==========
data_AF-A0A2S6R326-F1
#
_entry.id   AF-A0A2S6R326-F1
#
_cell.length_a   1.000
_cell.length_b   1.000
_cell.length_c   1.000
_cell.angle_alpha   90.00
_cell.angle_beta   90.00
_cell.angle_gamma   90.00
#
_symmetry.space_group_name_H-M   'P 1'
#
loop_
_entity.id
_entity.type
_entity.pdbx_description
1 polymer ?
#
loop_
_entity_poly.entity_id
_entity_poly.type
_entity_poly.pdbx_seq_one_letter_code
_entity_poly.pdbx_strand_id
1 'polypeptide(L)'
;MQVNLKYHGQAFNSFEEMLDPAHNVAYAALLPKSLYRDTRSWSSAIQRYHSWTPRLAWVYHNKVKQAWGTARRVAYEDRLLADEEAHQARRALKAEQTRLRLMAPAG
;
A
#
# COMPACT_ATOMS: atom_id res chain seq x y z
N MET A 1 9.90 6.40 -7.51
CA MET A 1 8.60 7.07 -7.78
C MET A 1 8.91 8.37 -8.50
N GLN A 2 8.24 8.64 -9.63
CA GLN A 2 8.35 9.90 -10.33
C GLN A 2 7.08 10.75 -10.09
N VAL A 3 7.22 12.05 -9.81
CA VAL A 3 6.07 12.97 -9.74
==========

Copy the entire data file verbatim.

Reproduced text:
data_AF-A0A2S6R326-F1
#
_entry.id   AF-A0A2S6R326-F1
#
_cell.length_a   1.000
_cell.length_b   1.000
_cell.length_c   1.000
_cell.angle_alpha   90.00
_cell.angle_beta   90.00
_cell.angle_gamma   90.00
#
_symmetry.space_group_name_H-M   'P 1'
#
loop_
_entity.id
_entity.type
_entity.pdbx_description
1 polymer ?
#
loop_
_entity_poly.entity_id
_entity_poly.type
_entity_poly.pdbx_seq_one_letter_code
_entity_poly.pdbx_strand_id
1 'polypeptide(L)'
;MQVNLKYHGQAFNSFEEMLDPAHNVAYAALLPKSLYRDTRSWSSAIQRYHSWTPRLAWVYHNKVKQAWGTARRVAYEDRLLADEEAHQARRALKAEQTRLRLMAPAG
;
A
#
# COMPACT_ATOMS: atom_id res chain seq x y z
N MET A 1 9.90 6.40 -7.51
CA MET A 1 8.60 7.07 -7.78
C MET A 1 8.91 8.37 -8.50
N GLN A 2 8.24 8.64 -9.63
CA GLN A 2 8.35 9.90 -10.33
C GLN A 2 7.08 10.75 -10.09
N VAL A 3 7.22 12.05 -9.81
CA VAL A 3 6.07 12.97 -9.74